Project aim & description

The impact of cytoplasmic polyadenylation on local translation in neurons

 

Neurons communicate with each other through synapses, specialized contact sites that enable electrical impulses to be transmitted between cells. Synapses are small, but partly independent compartments of the neuron because they contain the molecular machinery indispensable for protein synthesis. This process of protein production on the basis of mRNAs transported to distant synapses from the cell body is called "local translation". Local protein synthesis is essential for the proper functioning of the synapse, and its dysregulation is the cause of severe neurodevelopmental disorders. In recent years, thanks to the development of new technologies, we have learned more about these essential processes taking place in synapses. However, the precise molecular mechanisms by which synaptic translation is regulated is still far from being understood.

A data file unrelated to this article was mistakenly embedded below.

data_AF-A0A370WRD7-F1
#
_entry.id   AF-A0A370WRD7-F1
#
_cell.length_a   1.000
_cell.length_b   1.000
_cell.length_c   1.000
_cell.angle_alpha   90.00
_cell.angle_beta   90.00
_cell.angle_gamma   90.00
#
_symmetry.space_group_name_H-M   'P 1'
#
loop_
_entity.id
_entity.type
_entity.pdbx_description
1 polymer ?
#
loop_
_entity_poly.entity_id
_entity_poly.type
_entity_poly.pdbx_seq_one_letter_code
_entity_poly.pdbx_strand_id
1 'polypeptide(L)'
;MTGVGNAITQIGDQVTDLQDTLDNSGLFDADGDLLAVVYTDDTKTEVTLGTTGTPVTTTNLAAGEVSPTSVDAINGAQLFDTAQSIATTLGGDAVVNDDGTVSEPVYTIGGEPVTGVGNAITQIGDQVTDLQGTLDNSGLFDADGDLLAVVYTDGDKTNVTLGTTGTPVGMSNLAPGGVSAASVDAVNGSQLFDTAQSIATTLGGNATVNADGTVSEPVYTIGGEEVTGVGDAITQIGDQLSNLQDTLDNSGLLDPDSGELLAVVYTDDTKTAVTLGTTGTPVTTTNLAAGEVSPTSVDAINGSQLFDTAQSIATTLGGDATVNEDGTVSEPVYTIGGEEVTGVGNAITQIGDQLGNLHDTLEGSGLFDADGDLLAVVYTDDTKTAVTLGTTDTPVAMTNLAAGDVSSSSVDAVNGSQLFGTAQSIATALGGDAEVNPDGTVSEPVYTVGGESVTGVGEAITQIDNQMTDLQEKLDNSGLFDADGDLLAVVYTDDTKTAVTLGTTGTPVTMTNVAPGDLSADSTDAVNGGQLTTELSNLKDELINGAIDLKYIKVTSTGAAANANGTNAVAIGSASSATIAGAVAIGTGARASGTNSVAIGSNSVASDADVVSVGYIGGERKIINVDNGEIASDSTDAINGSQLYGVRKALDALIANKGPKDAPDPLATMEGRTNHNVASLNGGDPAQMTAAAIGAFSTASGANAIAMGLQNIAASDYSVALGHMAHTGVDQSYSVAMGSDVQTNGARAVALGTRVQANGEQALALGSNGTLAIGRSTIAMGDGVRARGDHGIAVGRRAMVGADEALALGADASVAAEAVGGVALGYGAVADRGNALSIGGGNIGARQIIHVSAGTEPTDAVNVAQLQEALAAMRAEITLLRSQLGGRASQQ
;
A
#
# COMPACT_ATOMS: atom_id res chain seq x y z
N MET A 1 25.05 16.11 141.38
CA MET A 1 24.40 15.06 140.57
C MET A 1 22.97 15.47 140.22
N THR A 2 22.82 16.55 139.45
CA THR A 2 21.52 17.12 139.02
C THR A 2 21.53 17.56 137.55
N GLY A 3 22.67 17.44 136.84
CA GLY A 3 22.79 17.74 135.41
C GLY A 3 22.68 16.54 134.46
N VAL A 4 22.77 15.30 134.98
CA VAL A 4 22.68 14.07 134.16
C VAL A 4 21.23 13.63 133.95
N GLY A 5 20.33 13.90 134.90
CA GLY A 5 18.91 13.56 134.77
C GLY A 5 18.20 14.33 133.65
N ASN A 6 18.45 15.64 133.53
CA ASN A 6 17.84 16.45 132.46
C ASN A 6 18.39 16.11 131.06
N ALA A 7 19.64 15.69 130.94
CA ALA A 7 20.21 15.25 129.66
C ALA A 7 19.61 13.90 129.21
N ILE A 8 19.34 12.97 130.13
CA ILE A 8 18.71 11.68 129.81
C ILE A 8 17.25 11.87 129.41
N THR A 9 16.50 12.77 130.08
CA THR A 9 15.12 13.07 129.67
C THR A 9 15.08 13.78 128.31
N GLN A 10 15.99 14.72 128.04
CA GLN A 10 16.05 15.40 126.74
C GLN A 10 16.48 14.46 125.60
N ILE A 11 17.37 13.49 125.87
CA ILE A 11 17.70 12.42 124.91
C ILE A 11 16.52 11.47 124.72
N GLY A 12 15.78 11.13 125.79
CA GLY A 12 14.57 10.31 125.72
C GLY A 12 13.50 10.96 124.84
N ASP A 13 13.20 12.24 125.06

The ends of mRNA molecules are specifically modified in order to enhance their stability and ability to serve as a template for proteins synthesis at ribosomes: at the beginning, they contain so-called cap structure, while at the end, there is a poly(A) tail. The poly(A) tail is a homopolymeric tract of adenosine nucleotides added by specific enzymes. Nearly all mRNAs in the cell are polyadenylated in the nucleus right after being transcribed from DNA and before the transport to the cytoplasm. However, there is growing evidence that the process of polyadenylation can also take place in the cytoplasm and is therefore called cytoplasmic polyadenylation. In neurons, cytoplasmic polyadenylation of synaptic mRNAs plays a significant role in the regulation of protein synthesis. However, until now it was studied only for a few mRNAs, and the global impact of this phenomenon and the specific enzymes carrying out the reactions are unknown.

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The main aim of this project is to answer these questions in the proposed project.